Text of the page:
Here in Massachusetts, some may find it hard to believe that anti-LGBTQIA+ discrimination still happens. After all, we were the first state to recognize the marriages of same-sex couples – way back in 2004.

But it’s still hard in Massachusetts for young people to come out and for older LGBTQIA+ adults to be recognized. And anti-LGBTQIA+ discrimination happens all the time – including in doctor’s offices. For LGBTQIA+ Black, Indigenous, and people of color, these experiences of discrimination are exacerbated and compounded by systemic racism.

We hear about this daily at Fenway Health, where just over 40 percent of our patients identify as lesbian, gay, bisexual, or queer, and about 12 percent are transgender or gender diverse. Many of these people come to us because they have been unable to get the health care they need and deserve elsewhere.

One woman became our patient because the doctor she had been seeing would not believe her when she said she didn’t need birth control because she only had sex with women. A middle-aged gay man, newly diagnosed with HIV, was lectured by his doctor for not being “more careful.” A transgender man was denied requests for hormone therapy by his former provider.

Local and national surveys reflect what we hear from our patients. A 2018 survey by the Center for American Progress found that 14 percent of lesbian, gay, bisexual, and transgender respondents who had previously experienced discrimination in health care avoided seeking necessary medical care as a result, and 17 percent had not sought routine preventive care in the past year. The 2015 U.S. Transgender Survey of nearly 28,000 transgender people found that one in three respondents had experienced anti-transgender discrimination in health care within the previous year. That tracks with an earlier 2013 survey by Fenway Health and the Massachusetts Transgender Political Coalition finding that 24 percent of transgender residents in Massachusetts reported having experienced discrimination in healthcare settings.

Stories and data like these are why Fenway Health has joined a broad coalition of groups from around the country, including two others in Massachusetts, in a lawsuit to block a new rule recently issued by the U.S. Department of Health and Human Services (HHS) that strips LGBTQIA+ nondiscrimination protections from the Affordable Care Act (ACA).

Although the ACA was passed in 2010, the LGBTQIA+ anti-discrimination protections were not finalized until 2016. They were written with broad input from health care providers, public health experts, and civil rights attorneys. The final nondiscrimination rule, which the Trump Administration is now trying to revoke, explicitly prohibits gender identity discrimination, including discrimination against intersex and non-binary people, in health care facilities and programs that receive federal funding. The rule also prohibits discriminatory coverage exclusions for transgender people in health insurance plans. Sexual orientation discrimination that takes the form of sex stereotyping is also prohibited. Such discrimination could include denying fertility treatment to a lesbian couple based on the outdated belief that women should only be in relationships with men, or that every child should be raised by a mother and a father.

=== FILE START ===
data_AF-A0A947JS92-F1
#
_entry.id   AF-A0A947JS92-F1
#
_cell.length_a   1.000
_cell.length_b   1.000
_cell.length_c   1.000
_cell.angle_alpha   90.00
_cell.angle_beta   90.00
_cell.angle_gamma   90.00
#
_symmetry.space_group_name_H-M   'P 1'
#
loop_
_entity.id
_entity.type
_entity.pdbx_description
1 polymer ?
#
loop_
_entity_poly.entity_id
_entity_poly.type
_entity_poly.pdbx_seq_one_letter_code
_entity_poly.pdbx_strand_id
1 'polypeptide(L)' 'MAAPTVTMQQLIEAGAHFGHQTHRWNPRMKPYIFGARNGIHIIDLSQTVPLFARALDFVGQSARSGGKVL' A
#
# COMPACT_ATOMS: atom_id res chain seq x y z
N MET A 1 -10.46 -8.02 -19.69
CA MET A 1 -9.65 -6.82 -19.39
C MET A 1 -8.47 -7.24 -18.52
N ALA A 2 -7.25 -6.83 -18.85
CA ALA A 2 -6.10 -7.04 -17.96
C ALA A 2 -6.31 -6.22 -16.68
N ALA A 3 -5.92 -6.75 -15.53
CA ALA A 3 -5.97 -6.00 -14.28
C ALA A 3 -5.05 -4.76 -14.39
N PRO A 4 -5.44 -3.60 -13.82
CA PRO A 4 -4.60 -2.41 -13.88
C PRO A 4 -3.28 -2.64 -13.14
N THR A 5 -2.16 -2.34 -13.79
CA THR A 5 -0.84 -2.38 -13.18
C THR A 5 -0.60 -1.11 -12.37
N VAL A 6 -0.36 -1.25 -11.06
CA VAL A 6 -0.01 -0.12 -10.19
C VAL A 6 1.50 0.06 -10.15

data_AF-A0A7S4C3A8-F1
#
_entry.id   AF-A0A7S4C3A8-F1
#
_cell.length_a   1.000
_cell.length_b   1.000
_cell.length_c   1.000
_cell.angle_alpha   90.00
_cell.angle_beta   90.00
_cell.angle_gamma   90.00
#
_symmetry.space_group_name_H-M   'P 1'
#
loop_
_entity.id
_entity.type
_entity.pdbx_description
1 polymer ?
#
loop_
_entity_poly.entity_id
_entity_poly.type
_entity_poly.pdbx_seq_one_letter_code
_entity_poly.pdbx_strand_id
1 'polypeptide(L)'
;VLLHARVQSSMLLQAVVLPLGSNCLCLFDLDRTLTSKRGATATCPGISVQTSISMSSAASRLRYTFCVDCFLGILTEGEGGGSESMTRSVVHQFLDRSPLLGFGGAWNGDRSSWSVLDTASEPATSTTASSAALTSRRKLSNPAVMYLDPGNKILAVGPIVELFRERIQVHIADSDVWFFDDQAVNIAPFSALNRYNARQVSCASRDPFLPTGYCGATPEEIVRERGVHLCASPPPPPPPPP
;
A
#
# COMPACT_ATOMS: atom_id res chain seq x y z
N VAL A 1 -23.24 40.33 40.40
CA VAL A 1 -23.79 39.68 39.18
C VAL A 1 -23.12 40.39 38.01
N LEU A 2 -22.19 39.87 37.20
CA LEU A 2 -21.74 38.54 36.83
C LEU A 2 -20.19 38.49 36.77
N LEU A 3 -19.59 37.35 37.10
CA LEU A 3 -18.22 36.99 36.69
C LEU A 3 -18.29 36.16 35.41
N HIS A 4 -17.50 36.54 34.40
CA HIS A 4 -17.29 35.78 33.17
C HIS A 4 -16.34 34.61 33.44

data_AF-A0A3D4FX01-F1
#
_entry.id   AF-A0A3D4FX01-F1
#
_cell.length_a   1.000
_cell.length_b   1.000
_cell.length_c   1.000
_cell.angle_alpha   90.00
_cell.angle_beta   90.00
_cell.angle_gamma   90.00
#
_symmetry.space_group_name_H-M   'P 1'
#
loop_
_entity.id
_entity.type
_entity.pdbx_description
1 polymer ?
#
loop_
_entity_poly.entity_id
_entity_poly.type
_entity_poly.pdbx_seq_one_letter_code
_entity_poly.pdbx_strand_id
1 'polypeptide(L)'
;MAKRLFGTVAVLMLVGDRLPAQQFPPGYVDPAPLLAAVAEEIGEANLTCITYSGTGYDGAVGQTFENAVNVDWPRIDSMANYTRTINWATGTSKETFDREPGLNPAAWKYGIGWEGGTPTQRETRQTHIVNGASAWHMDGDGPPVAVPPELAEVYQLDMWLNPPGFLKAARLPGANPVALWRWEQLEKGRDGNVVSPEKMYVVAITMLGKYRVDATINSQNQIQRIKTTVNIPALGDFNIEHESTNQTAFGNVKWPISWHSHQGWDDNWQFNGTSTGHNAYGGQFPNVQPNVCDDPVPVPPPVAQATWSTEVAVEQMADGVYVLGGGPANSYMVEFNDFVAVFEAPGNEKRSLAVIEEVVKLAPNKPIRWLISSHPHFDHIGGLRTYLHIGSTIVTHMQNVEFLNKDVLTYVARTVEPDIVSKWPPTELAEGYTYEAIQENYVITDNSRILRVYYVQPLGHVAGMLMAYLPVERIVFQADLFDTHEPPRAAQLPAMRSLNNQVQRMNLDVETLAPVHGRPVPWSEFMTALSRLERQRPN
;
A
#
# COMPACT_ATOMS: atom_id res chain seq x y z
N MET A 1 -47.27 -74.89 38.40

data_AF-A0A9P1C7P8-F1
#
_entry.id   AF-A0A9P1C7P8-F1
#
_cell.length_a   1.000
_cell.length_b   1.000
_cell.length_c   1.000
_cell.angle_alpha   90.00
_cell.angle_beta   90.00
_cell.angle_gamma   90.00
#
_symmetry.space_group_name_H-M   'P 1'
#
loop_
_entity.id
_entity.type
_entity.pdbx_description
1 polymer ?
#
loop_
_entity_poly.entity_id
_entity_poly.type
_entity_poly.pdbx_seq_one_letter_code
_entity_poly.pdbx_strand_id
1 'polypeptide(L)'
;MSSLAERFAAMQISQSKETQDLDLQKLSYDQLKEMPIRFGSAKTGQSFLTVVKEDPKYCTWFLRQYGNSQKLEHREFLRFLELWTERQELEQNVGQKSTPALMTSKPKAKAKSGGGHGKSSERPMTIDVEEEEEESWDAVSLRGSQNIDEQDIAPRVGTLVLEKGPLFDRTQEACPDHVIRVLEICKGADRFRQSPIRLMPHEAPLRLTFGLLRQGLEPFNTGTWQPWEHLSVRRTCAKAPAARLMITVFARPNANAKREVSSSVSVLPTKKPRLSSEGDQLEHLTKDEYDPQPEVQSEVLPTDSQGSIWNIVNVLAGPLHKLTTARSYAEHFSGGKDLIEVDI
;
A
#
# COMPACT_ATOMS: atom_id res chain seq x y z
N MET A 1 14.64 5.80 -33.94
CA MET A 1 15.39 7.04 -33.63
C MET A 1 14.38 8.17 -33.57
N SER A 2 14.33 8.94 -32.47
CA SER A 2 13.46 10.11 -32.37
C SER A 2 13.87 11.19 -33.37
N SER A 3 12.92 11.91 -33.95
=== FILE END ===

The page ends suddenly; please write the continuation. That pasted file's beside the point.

The legal reasoning behind the 2016 rule was affirmed in last month’s landmark U.S. Supreme Court ruling in Bostock v. Clayton County, Georgia, which held that it is unconstitutional to discriminate against employees based on sexual orientation or gender identity. The majority stated unequivocally that “it is impossible to discriminate against a person for being homosexual or transgender without discriminating against that individual based on sex.”

When the Trump administration first proposed revoking the ACA nondiscrimination provisions in 2019 it was inundated with feedback from nearly 156,000 organizations and individuals, over 134,000 of which urged officials to leave the nondiscrimination protections in place. These included many of the nation’s most trusted medical and professional associations, including the American Medical Association, the American Psychological Association, the American Academy of Pediatrics, and the National Association of Social Workers.

Protecting people from discrimination is not new or controversial. Nine in 10 Americans support nondiscrimination protections based on sexual orientation and gender identity in employment and in health care. The Joint Commission, a nonprofit organization that accredits hospitals and other health care organizations, has required sexual orientation and gender identity nondiscrimination policies in health care institutions as a criterion for accreditation since 2011.

It is especially unconscionable that HHS is attempting to strip necessary LGBTQIA+ discrimination protections out of the ACA in the midst of a global COVID-19 pandemic that has already claimed the lives of more than 135,000 US residents, triggered massive unemployment that has caused nearly 27 million people to lose their employer-supported health insurance, and exacerbated significant racial and ethnic disparities in access to healthcare and in health outcomes.

As a nation, we are better than this. The rollback of these protections is discriminatory and unlawful. We hope the United States District Court for the District of Massachusetts agrees.

Ellen LaPointe is the CEO of Fenway Health.